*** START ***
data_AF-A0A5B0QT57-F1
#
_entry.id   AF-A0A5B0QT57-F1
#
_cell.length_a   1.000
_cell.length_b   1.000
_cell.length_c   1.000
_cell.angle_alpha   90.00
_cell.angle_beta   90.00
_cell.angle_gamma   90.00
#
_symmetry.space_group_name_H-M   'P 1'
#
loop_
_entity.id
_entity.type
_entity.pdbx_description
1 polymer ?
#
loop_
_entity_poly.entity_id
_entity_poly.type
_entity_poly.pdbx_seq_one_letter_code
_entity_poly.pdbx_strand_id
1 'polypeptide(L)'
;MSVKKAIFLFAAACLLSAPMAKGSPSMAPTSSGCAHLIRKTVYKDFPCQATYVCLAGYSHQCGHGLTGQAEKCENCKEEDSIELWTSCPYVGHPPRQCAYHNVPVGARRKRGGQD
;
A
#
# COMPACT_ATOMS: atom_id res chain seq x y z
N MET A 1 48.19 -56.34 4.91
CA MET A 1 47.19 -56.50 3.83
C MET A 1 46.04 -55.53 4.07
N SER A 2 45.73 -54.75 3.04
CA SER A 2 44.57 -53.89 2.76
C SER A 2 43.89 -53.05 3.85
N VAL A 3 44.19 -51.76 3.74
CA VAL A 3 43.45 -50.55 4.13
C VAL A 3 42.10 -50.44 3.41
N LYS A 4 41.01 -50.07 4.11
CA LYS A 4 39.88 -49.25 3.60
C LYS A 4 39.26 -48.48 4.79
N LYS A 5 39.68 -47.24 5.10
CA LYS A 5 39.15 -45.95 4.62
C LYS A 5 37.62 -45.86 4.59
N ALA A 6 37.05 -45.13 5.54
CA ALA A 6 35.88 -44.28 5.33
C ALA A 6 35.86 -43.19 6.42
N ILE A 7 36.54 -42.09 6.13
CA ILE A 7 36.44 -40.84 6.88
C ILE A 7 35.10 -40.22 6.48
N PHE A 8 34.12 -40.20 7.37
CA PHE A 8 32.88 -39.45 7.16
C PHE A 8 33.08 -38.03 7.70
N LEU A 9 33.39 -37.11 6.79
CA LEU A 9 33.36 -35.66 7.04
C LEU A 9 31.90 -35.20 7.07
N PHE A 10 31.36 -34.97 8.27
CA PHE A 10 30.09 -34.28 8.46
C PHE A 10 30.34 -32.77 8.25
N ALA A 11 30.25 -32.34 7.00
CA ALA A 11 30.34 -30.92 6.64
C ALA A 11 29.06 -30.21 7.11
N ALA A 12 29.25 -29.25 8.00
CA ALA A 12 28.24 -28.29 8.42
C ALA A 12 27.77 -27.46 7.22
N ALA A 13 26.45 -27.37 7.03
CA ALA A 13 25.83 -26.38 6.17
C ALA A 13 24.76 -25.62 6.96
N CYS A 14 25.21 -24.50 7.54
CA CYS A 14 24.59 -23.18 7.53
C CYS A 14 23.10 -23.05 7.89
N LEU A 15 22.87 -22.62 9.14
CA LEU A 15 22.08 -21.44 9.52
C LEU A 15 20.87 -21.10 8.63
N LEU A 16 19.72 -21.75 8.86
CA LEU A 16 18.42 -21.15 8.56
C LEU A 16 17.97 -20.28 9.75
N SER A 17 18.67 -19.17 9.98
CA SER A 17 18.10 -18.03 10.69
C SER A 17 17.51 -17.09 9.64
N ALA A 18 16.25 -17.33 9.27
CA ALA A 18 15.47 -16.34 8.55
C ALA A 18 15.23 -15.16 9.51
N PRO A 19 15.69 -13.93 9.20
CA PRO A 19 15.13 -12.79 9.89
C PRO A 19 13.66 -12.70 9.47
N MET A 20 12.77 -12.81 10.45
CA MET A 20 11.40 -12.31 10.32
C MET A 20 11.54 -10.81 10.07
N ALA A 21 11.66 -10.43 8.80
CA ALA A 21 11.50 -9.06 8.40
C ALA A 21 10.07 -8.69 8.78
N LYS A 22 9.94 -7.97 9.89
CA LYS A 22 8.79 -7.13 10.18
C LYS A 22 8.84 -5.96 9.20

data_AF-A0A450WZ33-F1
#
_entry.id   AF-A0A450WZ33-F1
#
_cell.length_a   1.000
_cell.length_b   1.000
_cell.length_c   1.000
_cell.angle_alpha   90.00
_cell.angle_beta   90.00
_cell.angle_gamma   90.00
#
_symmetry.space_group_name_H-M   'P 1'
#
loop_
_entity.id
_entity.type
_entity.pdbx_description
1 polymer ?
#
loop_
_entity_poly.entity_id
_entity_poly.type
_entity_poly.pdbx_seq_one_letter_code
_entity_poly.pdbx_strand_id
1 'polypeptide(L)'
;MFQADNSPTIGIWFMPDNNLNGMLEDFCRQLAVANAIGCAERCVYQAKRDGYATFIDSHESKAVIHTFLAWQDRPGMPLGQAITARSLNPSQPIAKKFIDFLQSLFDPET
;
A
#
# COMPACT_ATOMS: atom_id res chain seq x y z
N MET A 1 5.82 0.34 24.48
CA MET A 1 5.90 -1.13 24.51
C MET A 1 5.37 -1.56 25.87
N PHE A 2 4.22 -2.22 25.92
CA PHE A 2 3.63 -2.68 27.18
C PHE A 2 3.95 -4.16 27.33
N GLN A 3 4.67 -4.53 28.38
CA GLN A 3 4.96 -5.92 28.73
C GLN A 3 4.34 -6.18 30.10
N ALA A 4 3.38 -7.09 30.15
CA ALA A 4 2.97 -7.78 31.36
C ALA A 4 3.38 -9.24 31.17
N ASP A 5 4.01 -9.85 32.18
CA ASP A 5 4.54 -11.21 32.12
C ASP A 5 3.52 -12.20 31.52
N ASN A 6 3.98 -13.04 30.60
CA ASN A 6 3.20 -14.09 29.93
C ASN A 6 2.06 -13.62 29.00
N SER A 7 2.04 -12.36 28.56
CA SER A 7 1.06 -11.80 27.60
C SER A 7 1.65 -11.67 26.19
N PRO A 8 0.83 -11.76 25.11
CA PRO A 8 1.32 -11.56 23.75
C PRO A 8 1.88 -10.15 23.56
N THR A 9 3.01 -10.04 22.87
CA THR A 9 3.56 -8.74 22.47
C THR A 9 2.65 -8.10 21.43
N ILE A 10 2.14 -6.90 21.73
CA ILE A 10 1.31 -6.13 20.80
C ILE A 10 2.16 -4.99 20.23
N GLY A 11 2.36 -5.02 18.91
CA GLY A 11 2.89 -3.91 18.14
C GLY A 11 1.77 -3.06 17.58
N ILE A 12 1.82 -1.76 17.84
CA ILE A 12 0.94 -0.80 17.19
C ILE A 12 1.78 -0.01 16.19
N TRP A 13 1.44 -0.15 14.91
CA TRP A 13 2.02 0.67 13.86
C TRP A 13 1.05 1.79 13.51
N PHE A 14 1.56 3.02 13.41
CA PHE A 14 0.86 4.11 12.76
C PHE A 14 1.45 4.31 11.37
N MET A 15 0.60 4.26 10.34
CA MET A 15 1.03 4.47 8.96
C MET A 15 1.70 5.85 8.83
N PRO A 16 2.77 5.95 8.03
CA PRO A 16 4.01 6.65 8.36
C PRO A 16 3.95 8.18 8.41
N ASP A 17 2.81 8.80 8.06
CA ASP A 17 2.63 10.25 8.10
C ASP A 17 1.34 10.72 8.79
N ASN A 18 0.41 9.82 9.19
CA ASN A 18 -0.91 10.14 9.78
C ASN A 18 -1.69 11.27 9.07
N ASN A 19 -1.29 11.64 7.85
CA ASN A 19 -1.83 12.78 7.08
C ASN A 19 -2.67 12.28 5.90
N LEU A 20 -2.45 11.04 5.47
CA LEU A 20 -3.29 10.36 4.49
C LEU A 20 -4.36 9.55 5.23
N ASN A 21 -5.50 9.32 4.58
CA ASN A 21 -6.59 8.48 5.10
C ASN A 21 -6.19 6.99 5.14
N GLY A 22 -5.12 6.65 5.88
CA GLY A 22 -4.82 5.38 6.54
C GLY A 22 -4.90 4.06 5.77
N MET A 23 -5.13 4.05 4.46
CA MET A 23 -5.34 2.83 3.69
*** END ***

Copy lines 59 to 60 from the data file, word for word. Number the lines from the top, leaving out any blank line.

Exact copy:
CA PHE A 10 30.09 -34.28 8.46
C PHE A 10 30.34 -32.77 8.25